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Fight bad news with good journalism, says Pulitzer winner

Cristal Williams Chancellor of the US-based non-profit Women’s Media Center (WMC) says the current media situation worries as her without free press, democracy cannot exist.

mumbai Updated: Aug 12, 2018 00:20 IST
Deepanjana Pal
Deepanjana Pal
Hindustan Times
Cristal Williams Chancellor, director of WMC, was part of a team that won a Pulitzer for stories on race relations.(Kunal Patil/HT)

Cristal Williams Chancellor of the US-based non-profit Women’s Media Center (WMC) became a journalist because she wanted to change the world and in 1994, she was part of the team that won a Pulitzer prize for a series focusing on race relations in Akron, Ohio. “As a result [of the articles] the community had more of a dialogue and ultimately, I believe, made the community better,” remembered Chancellor.

However, these days, she’s worried. “I am frankly a little concerned with where we are with media,” Chancellor told HT. “Democracy can’t exist if there’s not a free press, if there’s not opportunity to inform the public. Both the prevalence of fake news in addition to some of the attacks in the US against the press, the verbal attacks against the press in the US, that is shaping the future for media.”

The good news is that at least in the US, the anti-media rhetoric has led to more people trusting mainstream media. The pollster YouGov found that after October 2016, confidence in The New York Times and Washington Post has grown while fewer people found Fox News and Breitbart trustworthy. A 2017 study by the marketing firm Edelman showed that trust in media had increased by 3% from 2016 to 2017. For Chancellor, the only way to combat bad news is with good journalism. While acknowledging advantages offered by digital technology, Chancellor remains a champion of newspapers. “My background is in newspapers and my favourite source of news is newspapers. I think newspapers have the ability to tell the story in a deeper way,” she said.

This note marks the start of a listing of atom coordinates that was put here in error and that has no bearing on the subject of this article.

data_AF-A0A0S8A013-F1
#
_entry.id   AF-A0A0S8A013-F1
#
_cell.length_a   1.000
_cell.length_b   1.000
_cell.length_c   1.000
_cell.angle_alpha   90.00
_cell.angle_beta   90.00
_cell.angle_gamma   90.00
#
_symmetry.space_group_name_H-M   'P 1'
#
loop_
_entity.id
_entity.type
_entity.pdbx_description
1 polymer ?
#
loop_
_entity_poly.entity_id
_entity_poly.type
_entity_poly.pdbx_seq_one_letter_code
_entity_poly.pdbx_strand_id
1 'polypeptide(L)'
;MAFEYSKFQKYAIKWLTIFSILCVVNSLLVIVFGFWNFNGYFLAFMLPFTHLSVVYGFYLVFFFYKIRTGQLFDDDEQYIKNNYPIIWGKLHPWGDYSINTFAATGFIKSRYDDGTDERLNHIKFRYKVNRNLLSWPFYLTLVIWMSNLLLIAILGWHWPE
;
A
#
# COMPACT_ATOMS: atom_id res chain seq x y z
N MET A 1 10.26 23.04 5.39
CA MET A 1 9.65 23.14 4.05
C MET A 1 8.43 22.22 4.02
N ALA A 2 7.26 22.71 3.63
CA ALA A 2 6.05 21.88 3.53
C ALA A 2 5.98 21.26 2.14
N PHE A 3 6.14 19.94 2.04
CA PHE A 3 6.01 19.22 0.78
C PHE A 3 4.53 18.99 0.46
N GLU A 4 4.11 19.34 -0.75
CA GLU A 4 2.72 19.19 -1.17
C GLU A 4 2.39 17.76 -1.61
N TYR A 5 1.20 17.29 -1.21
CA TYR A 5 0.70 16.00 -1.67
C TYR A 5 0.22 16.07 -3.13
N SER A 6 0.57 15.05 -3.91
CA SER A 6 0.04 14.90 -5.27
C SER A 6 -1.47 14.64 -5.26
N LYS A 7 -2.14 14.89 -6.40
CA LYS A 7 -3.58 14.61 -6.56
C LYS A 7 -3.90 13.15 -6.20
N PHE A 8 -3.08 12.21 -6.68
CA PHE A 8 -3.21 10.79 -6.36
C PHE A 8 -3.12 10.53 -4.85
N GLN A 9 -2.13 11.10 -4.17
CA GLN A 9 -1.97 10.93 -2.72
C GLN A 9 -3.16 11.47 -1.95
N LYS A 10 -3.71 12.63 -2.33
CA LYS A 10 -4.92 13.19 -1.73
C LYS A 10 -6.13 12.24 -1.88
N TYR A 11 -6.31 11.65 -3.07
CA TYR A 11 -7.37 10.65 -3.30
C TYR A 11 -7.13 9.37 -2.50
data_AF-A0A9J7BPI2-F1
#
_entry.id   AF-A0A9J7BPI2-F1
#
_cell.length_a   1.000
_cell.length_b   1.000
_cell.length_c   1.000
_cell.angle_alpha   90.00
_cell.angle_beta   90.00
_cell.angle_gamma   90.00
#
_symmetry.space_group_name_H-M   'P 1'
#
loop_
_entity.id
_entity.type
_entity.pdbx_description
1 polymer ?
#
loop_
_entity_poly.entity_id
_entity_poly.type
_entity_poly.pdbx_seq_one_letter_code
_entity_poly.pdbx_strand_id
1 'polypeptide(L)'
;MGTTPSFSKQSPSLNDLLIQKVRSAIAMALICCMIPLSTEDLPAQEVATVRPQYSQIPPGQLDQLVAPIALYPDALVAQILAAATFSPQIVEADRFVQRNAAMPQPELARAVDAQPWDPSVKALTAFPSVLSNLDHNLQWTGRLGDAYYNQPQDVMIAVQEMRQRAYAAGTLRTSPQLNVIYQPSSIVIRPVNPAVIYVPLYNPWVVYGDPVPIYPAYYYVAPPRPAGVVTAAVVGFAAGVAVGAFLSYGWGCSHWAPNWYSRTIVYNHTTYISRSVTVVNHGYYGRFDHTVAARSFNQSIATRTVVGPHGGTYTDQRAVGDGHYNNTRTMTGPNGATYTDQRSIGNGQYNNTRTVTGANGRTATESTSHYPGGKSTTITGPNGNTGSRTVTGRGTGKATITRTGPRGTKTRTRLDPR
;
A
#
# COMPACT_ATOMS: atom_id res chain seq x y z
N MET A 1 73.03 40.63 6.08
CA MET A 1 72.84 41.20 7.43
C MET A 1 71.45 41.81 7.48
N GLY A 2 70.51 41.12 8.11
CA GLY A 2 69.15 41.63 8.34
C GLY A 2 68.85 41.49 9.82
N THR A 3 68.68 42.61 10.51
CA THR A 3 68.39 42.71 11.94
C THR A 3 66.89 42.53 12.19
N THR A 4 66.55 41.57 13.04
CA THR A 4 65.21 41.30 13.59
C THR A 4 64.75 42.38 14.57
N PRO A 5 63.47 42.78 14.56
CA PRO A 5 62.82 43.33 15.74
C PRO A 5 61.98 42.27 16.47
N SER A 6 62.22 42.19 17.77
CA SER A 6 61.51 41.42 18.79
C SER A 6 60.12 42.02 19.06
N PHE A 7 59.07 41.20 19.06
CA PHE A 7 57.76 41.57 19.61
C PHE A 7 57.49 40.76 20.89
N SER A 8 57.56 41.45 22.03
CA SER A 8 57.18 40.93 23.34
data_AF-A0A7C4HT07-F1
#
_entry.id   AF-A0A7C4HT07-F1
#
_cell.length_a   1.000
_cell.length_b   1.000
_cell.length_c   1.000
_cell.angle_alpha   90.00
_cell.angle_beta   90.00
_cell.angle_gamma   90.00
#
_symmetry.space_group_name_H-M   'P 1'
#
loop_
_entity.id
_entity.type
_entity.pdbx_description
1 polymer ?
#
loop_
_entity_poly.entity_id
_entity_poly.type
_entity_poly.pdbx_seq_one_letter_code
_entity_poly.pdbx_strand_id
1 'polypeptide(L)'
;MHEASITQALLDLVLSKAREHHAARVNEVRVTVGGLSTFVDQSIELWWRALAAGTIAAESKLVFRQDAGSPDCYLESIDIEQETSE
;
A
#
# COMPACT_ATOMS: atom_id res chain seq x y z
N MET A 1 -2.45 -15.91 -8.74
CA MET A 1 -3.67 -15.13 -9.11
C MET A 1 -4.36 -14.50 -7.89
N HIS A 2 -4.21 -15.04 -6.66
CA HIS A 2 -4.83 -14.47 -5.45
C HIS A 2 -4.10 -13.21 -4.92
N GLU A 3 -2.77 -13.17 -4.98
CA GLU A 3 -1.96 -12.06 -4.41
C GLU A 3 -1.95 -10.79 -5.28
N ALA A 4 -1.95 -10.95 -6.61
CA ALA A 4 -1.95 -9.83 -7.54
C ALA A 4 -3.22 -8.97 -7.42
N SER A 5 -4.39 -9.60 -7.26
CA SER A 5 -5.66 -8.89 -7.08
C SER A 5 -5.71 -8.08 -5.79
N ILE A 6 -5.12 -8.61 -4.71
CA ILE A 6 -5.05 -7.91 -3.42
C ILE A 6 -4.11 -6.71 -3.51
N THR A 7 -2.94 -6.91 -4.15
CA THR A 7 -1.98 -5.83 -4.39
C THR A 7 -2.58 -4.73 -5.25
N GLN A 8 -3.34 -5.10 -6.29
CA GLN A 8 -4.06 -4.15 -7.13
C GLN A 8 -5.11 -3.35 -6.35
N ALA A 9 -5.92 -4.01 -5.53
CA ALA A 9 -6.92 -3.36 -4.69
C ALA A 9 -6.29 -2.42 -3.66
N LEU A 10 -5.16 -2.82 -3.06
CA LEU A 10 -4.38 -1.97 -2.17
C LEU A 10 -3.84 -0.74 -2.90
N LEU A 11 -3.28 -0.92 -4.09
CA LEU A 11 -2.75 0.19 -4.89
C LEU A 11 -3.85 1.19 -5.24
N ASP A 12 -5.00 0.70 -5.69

Chancellor is now director of communication at WMC, which was founded in 2005 by Jane Fonda, Robin Morgan and Gloria Steinem. Its work ranges from advocacy, research and training that focuses on gender parity in media. She shifted out of active journalism because she wanted to “be part of solutions”. “As a black woman, I’ve, of course, first-hand experienced some of the challenges of being in the newsroom and being able to speak freely to have my voice included,” she said. At one point in her journalistic career, Chancellor realised she’d been sidelined because of her gender and her race.

Gender bias has been a persistent problem in media. In April this year, an analysis by the Press Gazette showed in 91% of UK-based media companies, men are paid more than women. In 2014, a survey of four major Indian newspapers by the website Newslaundry revealed only 27% of articles were written by women.

Chancellor said her tour of India – she has been meeting students and media professionals – was giving her “a lot to process”. “There’s a battle in terms of raising awareness of disparity. It’s important for women to be reflected in ways that are positive,” she said.

First Published: Aug 12, 2018 00:20 IST